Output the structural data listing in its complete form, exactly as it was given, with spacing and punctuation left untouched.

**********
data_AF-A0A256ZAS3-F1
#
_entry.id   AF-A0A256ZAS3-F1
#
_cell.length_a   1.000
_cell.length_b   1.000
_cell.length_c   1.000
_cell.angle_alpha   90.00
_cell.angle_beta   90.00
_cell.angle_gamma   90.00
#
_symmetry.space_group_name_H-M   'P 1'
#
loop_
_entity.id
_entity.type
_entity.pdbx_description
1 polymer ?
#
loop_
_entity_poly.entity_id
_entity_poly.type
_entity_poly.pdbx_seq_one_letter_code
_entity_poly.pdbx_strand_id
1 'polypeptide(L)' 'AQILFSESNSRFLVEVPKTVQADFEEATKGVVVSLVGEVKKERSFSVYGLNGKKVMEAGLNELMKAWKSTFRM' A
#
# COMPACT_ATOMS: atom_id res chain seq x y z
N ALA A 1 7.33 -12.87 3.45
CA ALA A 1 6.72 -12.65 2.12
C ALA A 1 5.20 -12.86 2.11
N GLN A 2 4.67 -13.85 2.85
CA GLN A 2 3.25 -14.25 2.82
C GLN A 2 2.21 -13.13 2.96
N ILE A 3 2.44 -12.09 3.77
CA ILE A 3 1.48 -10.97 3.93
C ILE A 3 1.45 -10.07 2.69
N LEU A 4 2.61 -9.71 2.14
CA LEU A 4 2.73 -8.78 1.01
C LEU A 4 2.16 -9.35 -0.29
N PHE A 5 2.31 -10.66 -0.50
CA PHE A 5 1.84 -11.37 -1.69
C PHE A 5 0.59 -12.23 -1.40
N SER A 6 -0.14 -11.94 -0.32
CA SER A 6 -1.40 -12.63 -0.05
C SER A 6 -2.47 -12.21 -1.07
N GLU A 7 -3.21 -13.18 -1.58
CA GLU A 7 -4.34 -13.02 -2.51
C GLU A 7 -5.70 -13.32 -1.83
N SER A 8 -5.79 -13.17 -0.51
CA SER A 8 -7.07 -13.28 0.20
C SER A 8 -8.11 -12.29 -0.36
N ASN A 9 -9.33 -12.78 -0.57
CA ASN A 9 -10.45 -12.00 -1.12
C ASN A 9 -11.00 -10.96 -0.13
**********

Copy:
data_AF-A0A256ZAS3-F1
#
_entry.id   AF-A0A256ZAS3-F1
#
_cell.length_a   1.000
_cell.length_b   1.000
_cell.length_c   1.000
_cell.angle_alpha   90.00
_cell.angle_beta   90.00
_cell.angle_gamma   90.00
#
_symmetry.space_group_name_H-M   'P 1'
#
loop_
_entity.id
_entity.type
_entity.pdbx_description
1 polymer ?
#
loop_
_entity_poly.entity_id
_entity_poly.type
_entity_poly.pdbx_seq_one_letter_code
_entity_poly.pdbx_strand_id
1 'polypeptide(L)' 'AQILFSESNSRFLVEVPKTVQADFEEATKGVVVSLVGEVKKERSFSVYGLNGKKVMEAGLNELMKAWKSTFRM' A
#
# COMPACT_ATOMS: atom_id res chain seq x y z
N ALA A 1 7.33 -12.87 3.45
CA ALA A 1 6.72 -12.65 2.12
C ALA A 1 5.20 -12.86 2.11
N GLN A 2 4.67 -13.85 2.85
CA GLN A 2 3.25 -14.25 2.82
C GLN A 2 2.21 -13.13 2.96
N ILE A 3 2.44 -12.09 3.77
CA ILE A 3 1.48 -10.97 3.93
C ILE A 3 1.45 -10.07 2.69
N LEU A 4 2.61 -9.71 2.14
CA LEU A 4 2.73 -8.78 1.01
C LEU A 4 2.16 -9.35 -0.29
N PHE A 5 2.31 -10.66 -0.50
CA PHE A 5 1.84 -11.37 -1.69
C PHE A 5 0.59 -12.23 -1.40
N SER A 6 -0.14 -11.94 -0.32
CA SER A 6 -1.40 -12.63 -0.05
C SER A 6 -2.47 -12.21 -1.07
N GLU A 7 -3.21 -13.18 -1.58
CA GLU A 7 -4.34 -13.02 -2.51
C GLU A 7 -5.70 -13.32 -1.83
N SER A 8 -5.79 -13.17 -0.51
CA SER A 8 -7.07 -13.28 0.20
C SER A 8 -8.11 -12.29 -0.36
N ASN A 9 -9.33 -12.78 -0.57
CA ASN A 9 -10.45 -12.00 -1.12
C ASN A 9 -11.00 -10.96 -0.13